He emerged shortly with the sleeping girl in his arms. Anna was dressed in white pajamas. Strawberry curls framed her cherubic face and cascaded down the back of his arm. Partly because she always slept soundly, and partly because Jess had given her a mild sedative before bed, the child didn’t stir. She hated leaving the girl in Richard’s arms even a moment. Jess hoped Anna would never know anything about this evening and would sleep straight through.
Richard eased the door almost closed, leaving it as Betsy had when she saw her daughter last so that she wouldn’t know Anna was gone until she saw the empty bed. Bastard. He descended the stairs in silence but for a stifled sneeze.
Jess waited. Her right hand held the Glock firmly pointed in Richard’s direction. She’d shoot him only if he forced her to. But shoot him, she would. He’d be a fool to believe otherwise.
She knew Richard. If he saw her before she was ready, he would do something stupid. Something that might hurt Anna. The child’s safety was paramount. Jess steadied herself and remained invisible as long as possible.
Richard snuck out the back door and closed it without a sound. Only then did she move.
Jess activated the tiny camera she wore in a pendant around her neck, waited until she heard the creaking boards under his feet and three sneezes in a row before she hurried silently out behind him. A cool breeze brushed across her eyes and lips, the only uncovered parts of her body.
She followed Richard off the property and onto the street where he’d parked a dark SUV. A less arrogant man might have noticed he was being followed. Richard did not. Now. Now he’d taken Anna in the eyes of the law. Jess wasted no time gloating.
He was bent over, placing Anna in the back seat when Jess came up behind him and pressed the Glock briefly to his spine before she widened the distance between them beyond his arm’s reach.
“Move away from the car. Much as I’d like to shoot you…” She allowed her husky voice to trail away. Disuse and fear had stolen the moisture from her mouth, but she refused to acknowledge it. She moved her tongue imperceptibly seeking saliva.
Richard stepped back, cavalierly raised both hands palms out, as if he was play-acting with a child.
“Turn around,” she said, quietly, hoping not to awaken Anna. He complied. He saw the gun, pointed now at his chest. He smirked.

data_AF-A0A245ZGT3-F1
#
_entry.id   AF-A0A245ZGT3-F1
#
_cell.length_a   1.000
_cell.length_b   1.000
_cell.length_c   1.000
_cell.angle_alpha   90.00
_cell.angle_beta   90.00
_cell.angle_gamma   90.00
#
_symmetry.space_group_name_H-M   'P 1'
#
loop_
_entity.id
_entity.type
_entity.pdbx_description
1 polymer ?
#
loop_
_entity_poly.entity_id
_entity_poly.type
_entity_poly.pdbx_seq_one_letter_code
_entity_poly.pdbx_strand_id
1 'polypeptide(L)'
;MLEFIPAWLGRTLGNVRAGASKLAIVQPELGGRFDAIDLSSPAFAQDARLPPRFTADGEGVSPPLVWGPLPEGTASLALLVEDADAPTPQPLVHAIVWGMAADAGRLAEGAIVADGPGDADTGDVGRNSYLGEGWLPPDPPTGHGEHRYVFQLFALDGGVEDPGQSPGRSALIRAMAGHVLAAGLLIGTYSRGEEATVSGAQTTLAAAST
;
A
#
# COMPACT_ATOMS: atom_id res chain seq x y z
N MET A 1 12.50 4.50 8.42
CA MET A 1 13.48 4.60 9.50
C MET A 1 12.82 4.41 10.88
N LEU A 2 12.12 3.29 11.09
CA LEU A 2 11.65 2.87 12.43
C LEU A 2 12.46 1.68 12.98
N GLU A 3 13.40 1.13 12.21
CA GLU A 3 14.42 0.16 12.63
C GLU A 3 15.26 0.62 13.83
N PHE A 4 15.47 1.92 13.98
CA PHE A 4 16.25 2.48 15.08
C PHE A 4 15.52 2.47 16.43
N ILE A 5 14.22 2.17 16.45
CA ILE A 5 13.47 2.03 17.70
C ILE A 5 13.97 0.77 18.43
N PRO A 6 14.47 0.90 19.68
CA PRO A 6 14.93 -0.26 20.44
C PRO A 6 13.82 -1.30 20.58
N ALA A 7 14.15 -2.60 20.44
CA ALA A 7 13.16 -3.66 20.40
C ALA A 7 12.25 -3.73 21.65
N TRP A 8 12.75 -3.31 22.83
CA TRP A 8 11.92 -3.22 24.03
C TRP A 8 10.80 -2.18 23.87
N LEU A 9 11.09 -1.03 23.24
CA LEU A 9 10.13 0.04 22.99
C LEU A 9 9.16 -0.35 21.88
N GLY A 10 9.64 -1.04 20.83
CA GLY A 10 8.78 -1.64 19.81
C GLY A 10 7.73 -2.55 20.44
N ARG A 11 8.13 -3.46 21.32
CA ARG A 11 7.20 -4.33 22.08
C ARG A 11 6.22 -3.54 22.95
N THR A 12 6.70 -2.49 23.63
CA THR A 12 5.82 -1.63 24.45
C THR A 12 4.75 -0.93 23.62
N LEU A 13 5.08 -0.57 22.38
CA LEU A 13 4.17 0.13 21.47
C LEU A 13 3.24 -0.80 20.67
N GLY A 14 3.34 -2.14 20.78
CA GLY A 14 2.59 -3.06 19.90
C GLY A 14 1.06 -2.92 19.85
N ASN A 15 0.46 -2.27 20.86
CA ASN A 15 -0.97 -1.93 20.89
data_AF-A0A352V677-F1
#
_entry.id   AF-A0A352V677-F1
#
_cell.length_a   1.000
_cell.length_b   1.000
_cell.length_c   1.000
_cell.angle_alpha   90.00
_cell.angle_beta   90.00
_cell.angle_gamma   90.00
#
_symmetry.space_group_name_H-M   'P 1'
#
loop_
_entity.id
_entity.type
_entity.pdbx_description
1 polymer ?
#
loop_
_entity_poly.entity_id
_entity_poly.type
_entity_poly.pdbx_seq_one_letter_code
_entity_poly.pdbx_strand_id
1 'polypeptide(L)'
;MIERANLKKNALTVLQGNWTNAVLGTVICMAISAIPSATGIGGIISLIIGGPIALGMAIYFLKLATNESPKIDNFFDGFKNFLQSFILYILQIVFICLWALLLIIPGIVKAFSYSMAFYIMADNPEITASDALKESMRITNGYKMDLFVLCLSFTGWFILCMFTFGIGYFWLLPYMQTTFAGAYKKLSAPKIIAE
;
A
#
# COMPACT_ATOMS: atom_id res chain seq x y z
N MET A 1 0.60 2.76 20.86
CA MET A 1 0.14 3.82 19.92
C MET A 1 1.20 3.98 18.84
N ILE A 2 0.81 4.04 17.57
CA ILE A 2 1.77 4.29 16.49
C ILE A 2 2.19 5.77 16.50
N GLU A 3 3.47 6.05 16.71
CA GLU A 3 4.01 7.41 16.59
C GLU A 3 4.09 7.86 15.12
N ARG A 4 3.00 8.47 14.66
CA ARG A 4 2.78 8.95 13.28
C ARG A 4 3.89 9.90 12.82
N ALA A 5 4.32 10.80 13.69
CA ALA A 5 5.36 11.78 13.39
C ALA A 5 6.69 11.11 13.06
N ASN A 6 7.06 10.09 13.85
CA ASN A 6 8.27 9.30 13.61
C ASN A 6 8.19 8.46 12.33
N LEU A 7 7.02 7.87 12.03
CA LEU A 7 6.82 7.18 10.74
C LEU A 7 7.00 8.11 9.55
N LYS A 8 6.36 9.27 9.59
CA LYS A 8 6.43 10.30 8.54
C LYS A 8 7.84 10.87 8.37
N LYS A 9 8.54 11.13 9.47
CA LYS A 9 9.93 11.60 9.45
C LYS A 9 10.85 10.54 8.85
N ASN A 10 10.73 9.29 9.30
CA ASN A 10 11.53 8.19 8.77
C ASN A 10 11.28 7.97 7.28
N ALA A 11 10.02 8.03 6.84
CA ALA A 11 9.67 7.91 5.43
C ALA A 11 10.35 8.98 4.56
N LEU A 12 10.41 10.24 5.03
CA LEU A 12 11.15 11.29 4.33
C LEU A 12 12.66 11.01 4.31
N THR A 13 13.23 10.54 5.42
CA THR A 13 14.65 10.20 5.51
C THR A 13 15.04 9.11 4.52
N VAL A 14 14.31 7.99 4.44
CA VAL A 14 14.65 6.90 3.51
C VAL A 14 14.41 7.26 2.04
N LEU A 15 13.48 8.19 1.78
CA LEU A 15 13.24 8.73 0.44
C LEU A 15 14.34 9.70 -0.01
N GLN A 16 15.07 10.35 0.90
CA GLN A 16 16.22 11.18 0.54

“Smile,” she said, picking up the pendant and pointing the micro camera directly toward him. “A picture’s worth a year of testimony, isn’t it?”
She snapped three photographs of Anna sleeping in the vehicle, too. Each image would be date and time stamped. Evidence. The more, the better.
She’d argued with Betsy and her sister, Bette, for hours about the next part of their plan. Betsy had cried, said she didn’t want her child’s father incarcerated. She wasn’t desperate enough yet.
But Jess knew Betsy would be more desperate later; it was a mistake not to finish this now, once and for all. Richard would never give up as long as he drew free breath. Letting him go was a stupid mistake. Yet this was not her decision to make.
The breeze had picked up force and dried her eyeballs each time it brushed across, yet she refused to blink. Too much could happen in the blink of an eye. Peter was stolen in what seemed just such a quick moment fifteen years ago.
Jess held the gun steady and waited for Richard to make his move. Maybe he would give her the excuse she needed to do what should be done. Could she shoot him if she had to? In a New York second.
Released and alone, Richard would steal his daughter again, not because he loved her, but because he owned her. Anna would never be safe from him. Ever. He should have gone to prison long ago for battering his wife. Or when he stole Anna the last two times. But Betsy had refused to testify against him. Now, Jess had proof when Betsy needed it. But it would have been so much better if Betsy had agreed to Jess’s final solution. Jess knew Richard was a fatal enemy, not a mere opponent.
Richard stared at Jess, wary but unafraid. He seemed to know her, but not recognize her simultaneously. His puzzlement was almost comical.
Jess’s slender frame was indistinguishable from a slight man’s in these clothes. And she held an equalizer pointed at his heart. ...